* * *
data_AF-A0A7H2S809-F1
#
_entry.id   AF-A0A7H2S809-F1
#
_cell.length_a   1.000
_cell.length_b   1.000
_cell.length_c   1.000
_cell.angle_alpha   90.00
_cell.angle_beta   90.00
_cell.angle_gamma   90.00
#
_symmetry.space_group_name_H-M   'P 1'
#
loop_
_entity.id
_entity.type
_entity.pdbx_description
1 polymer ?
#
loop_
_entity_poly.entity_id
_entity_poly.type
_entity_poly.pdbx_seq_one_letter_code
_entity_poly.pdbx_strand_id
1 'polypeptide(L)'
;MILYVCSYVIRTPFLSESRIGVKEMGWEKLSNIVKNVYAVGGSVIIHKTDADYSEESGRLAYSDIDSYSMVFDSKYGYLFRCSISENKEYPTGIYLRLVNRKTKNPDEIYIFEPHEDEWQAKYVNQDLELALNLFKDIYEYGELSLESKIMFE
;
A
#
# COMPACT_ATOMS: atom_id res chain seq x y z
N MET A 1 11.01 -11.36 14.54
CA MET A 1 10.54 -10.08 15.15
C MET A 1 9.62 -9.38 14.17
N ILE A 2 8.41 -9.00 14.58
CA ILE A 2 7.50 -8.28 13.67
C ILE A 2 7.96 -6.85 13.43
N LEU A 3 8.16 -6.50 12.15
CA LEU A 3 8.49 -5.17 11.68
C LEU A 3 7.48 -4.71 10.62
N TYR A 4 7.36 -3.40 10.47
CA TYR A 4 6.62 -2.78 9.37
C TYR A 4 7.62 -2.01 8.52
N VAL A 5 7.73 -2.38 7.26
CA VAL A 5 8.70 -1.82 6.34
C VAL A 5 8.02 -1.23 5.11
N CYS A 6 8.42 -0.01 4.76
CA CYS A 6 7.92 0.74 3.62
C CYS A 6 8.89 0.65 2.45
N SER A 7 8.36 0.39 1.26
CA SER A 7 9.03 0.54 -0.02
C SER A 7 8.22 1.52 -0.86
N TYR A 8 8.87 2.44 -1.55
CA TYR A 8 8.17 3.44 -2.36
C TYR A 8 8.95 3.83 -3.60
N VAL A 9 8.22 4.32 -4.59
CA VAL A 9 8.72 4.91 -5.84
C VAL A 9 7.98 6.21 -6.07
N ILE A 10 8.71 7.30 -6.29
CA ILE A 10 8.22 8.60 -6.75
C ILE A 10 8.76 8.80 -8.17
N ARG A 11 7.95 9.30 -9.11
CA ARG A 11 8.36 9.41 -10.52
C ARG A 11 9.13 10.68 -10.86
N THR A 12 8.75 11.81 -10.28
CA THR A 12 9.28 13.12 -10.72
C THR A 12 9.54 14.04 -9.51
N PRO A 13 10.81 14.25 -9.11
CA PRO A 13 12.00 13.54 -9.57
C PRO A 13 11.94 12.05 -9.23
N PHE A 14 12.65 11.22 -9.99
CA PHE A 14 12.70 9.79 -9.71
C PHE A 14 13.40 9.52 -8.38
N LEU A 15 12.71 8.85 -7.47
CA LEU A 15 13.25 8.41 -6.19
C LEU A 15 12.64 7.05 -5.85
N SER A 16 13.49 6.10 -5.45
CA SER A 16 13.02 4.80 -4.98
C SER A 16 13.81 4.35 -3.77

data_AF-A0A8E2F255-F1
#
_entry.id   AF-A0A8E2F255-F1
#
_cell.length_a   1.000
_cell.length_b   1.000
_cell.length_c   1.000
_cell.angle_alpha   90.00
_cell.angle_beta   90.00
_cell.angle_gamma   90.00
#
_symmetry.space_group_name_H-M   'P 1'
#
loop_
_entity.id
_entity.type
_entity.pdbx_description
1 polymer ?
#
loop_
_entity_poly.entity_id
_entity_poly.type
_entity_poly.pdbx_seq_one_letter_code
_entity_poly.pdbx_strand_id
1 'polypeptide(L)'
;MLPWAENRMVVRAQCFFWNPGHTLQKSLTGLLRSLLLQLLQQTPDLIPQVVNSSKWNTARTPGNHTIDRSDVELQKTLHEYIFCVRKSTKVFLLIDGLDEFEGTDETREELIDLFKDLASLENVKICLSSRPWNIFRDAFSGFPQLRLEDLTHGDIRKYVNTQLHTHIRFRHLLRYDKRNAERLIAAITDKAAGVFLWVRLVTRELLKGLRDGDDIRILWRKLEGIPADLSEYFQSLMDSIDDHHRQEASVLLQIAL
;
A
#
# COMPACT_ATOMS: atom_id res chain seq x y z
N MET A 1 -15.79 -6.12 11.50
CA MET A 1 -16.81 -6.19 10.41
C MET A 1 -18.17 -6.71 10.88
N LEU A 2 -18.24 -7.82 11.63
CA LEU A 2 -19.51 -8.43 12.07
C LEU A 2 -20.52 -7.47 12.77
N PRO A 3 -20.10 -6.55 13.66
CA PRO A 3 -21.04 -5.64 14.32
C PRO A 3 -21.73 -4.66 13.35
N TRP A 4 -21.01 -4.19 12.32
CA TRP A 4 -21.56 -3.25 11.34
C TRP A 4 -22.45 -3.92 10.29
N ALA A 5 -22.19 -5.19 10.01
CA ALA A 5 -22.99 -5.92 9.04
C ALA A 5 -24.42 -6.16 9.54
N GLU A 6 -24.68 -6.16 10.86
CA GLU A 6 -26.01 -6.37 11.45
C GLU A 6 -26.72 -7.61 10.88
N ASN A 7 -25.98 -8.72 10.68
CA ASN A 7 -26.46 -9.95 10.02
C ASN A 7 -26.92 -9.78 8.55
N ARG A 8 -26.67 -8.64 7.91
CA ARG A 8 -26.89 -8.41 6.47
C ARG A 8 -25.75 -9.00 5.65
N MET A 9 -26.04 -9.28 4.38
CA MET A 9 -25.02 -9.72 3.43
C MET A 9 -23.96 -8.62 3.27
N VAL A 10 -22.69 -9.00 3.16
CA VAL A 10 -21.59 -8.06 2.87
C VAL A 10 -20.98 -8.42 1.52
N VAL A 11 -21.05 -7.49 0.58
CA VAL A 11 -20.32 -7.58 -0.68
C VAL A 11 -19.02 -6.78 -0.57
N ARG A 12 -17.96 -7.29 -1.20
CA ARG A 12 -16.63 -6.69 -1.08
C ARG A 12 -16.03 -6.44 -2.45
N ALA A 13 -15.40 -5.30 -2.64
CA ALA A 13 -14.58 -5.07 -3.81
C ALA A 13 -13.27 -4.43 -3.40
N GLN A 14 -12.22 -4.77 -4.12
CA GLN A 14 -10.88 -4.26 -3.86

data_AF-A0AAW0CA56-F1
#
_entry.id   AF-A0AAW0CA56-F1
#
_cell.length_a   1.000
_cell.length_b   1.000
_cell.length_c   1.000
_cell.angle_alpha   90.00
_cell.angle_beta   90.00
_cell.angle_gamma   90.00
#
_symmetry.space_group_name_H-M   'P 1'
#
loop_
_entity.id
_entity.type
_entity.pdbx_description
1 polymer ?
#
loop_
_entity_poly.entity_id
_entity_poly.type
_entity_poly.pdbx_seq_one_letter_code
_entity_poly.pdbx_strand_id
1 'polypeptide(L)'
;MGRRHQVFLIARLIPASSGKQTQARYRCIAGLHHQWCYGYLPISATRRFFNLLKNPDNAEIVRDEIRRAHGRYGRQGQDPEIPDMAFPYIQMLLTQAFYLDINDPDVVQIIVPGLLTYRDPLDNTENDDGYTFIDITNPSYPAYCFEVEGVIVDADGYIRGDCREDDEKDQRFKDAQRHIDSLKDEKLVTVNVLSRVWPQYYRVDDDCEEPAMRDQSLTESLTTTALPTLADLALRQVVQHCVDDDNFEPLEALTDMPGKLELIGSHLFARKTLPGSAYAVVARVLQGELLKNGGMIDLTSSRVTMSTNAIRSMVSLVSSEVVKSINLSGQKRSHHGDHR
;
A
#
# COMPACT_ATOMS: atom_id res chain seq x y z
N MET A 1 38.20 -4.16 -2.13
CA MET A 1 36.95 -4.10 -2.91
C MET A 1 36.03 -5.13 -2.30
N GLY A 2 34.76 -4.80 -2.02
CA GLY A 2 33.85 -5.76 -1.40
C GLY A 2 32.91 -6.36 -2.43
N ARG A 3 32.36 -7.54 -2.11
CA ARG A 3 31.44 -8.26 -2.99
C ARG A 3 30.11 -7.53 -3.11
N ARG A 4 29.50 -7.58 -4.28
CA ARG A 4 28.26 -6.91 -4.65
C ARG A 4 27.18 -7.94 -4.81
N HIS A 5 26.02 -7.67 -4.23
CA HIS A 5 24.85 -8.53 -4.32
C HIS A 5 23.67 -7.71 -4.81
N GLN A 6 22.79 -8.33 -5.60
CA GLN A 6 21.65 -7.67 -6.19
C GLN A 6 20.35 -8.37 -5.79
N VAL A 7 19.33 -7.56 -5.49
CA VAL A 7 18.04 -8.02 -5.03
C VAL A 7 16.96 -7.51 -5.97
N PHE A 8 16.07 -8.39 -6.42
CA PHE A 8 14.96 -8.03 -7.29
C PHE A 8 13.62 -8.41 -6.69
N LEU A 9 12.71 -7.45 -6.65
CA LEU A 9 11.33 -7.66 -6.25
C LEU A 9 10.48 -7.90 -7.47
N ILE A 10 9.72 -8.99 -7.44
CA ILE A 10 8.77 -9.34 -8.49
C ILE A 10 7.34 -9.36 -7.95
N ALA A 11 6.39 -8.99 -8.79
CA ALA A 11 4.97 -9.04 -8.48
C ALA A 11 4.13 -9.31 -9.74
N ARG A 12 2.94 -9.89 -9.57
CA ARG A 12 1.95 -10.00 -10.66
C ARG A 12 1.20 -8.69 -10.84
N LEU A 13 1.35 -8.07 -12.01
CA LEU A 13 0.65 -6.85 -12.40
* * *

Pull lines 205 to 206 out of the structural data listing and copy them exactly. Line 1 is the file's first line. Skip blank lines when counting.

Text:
CA LEU A 9 11.33 -7.66 -6.25
C LEU A 9 10.48 -7.90 -7.47